Comm Eye Health Vol. 29 No. 94 2016 pp 38. Published online 04 October 2016.

Postoperative care in trichiasis surgery

Esmael Ali

Research Fellow: International Centre for Eye Health, London School of Hygiene and Tropical Medicine, UK

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Surgeon cleaning patient's eyelid
Figure 1: First day postoperative care © Esmael Ali

Postoperative care is an important aspect of trachomatous trichiasis (TT) surgical services. Follow-up visits should ideally take place on the first postoperative day (to remove the eye patch), after 8–14 days (to remove sutures; optional if absorbable sutures are used), at 3 months (to re-examine the operated lid for intermediate surgical outcomes), and then at or after six months.

An eye patch must by applied after surgery and should stay on overnight to prevent unconscious disruption of the wound by the patient while asleep. When removed the following day, the wound should be cleaned using gauze and normal saline and the operated eyelid should be examined. If the patient is not able to attend the first postoperative day follow-up visit, then she/he should be advised to do the following at home:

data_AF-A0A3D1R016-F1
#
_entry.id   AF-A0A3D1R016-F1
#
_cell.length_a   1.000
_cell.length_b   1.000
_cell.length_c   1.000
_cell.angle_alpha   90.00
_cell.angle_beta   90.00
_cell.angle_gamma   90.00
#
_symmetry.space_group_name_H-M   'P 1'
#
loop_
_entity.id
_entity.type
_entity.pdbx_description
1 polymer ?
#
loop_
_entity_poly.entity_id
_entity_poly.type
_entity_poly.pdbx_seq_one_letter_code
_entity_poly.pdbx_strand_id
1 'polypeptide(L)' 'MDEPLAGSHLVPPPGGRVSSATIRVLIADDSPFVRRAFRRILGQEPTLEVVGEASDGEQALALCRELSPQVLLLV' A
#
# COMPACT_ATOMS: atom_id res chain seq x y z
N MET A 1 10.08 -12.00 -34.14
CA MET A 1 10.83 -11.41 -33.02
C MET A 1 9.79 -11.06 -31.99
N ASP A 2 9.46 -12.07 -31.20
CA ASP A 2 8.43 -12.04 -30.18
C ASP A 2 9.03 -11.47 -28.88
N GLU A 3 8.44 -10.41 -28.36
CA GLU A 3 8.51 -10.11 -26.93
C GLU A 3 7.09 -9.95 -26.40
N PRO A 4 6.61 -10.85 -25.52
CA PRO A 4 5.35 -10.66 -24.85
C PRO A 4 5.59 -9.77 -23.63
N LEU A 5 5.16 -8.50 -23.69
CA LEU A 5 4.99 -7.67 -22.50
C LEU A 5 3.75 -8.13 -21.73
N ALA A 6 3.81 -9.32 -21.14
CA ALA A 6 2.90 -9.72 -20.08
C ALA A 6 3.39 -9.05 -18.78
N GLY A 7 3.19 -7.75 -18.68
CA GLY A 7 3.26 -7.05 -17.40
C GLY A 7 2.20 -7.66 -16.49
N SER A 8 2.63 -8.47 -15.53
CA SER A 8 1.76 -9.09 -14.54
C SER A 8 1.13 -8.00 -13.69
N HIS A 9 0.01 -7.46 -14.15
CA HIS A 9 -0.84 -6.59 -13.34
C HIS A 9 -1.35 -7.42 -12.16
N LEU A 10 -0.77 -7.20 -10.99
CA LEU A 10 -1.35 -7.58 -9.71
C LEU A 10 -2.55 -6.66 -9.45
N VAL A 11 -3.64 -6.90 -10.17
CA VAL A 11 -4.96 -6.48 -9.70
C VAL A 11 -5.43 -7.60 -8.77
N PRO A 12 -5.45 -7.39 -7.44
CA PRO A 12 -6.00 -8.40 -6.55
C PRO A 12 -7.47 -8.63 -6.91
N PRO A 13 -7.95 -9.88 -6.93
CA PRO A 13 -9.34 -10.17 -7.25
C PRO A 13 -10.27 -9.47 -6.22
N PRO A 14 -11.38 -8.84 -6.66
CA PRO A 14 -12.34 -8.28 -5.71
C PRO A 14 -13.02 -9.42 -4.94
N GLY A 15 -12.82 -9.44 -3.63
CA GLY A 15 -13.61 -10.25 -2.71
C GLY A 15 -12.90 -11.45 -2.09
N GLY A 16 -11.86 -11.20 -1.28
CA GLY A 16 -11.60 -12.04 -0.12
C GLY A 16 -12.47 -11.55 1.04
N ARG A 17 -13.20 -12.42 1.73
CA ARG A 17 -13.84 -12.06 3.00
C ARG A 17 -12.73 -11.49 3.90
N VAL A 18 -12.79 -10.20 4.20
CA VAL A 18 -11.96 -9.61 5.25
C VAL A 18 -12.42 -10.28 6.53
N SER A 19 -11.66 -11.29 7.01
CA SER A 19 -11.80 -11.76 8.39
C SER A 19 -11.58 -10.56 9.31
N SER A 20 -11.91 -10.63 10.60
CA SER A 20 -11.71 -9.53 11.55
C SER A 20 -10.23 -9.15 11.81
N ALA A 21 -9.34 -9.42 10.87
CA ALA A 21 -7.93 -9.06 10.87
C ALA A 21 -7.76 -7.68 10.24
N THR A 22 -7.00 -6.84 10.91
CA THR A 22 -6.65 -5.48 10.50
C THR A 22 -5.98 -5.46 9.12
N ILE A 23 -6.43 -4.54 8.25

• Clean hands with soap and water. Carefully and gently remove the patch and then clean the operated eye starting from the nasal side in a horizontal stroke using clean towel and warm water, and soap if available. Tell the patients that the operated eyelid will appear swollen, but that this is normal.
  • Use light pressure only.
  • Dry with clean towel or cloth and then apply tetracycline eye ointment between the lower eyelid and the eyeball twice daily for two weeks.